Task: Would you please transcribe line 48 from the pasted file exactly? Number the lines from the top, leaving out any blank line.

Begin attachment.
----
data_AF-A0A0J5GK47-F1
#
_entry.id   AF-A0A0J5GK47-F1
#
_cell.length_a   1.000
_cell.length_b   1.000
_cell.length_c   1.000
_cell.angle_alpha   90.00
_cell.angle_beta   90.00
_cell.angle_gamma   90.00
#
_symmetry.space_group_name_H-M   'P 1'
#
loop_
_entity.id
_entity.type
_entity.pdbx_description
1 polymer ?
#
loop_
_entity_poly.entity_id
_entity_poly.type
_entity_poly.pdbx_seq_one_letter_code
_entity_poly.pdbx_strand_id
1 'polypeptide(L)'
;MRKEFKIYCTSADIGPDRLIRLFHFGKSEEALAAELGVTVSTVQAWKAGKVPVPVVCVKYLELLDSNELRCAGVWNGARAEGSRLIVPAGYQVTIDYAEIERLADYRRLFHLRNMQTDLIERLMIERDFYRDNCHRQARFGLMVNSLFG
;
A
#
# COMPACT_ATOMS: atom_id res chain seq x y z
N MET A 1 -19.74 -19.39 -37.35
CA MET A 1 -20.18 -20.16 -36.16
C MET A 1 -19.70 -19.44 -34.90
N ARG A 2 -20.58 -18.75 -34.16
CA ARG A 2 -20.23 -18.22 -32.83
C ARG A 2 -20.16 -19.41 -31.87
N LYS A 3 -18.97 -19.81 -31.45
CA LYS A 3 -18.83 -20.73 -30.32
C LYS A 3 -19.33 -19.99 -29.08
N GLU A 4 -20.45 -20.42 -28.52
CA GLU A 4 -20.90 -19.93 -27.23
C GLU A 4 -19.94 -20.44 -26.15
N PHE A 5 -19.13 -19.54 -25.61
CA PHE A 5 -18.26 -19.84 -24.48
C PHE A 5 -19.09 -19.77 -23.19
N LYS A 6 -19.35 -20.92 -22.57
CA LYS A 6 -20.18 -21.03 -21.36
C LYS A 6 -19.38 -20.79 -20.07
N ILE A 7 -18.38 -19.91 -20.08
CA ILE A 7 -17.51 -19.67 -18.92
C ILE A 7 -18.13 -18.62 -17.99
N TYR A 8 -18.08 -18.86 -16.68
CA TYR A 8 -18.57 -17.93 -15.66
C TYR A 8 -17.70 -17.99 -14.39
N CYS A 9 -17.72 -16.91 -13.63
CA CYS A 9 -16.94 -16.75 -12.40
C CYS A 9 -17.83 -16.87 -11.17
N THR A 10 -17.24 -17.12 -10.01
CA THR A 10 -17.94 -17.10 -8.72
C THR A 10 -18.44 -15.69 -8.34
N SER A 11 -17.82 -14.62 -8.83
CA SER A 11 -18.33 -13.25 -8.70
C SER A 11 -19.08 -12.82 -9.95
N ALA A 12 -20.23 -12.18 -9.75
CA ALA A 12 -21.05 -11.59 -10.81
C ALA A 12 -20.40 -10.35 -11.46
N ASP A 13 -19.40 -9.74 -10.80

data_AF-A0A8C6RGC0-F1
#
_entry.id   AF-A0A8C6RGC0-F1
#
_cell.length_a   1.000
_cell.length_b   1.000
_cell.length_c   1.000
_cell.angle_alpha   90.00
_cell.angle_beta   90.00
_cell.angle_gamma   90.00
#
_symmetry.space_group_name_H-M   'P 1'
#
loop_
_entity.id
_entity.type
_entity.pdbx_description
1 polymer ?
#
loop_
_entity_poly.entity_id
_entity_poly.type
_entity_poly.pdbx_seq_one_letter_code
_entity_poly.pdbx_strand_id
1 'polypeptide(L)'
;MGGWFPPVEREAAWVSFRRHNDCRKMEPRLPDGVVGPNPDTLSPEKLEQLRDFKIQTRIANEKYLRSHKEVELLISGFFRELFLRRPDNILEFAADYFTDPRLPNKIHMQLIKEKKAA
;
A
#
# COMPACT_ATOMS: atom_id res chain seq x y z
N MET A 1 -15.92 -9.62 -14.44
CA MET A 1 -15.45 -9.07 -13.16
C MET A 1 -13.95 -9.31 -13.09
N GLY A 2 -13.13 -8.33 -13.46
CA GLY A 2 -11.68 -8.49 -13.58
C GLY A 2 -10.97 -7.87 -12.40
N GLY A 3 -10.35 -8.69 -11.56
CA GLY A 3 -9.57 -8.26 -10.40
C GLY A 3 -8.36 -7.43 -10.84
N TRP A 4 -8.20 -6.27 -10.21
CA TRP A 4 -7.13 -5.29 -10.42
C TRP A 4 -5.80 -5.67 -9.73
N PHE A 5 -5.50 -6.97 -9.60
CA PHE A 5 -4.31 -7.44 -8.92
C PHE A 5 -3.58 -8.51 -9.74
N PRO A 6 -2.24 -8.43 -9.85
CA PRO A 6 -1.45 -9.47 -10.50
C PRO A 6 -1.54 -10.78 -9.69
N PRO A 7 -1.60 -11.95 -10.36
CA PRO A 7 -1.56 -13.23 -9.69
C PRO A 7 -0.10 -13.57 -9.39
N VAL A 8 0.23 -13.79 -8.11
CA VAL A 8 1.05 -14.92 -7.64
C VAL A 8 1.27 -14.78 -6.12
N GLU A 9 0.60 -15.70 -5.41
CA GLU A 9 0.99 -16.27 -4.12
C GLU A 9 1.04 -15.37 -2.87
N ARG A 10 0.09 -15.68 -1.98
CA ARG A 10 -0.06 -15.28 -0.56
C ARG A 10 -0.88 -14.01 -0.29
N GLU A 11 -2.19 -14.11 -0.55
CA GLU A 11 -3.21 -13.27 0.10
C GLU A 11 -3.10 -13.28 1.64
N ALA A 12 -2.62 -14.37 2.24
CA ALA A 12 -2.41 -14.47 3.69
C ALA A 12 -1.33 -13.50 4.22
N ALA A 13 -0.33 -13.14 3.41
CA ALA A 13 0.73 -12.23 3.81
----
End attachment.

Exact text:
C LYS A 6 -19.38 -20.79 -20.07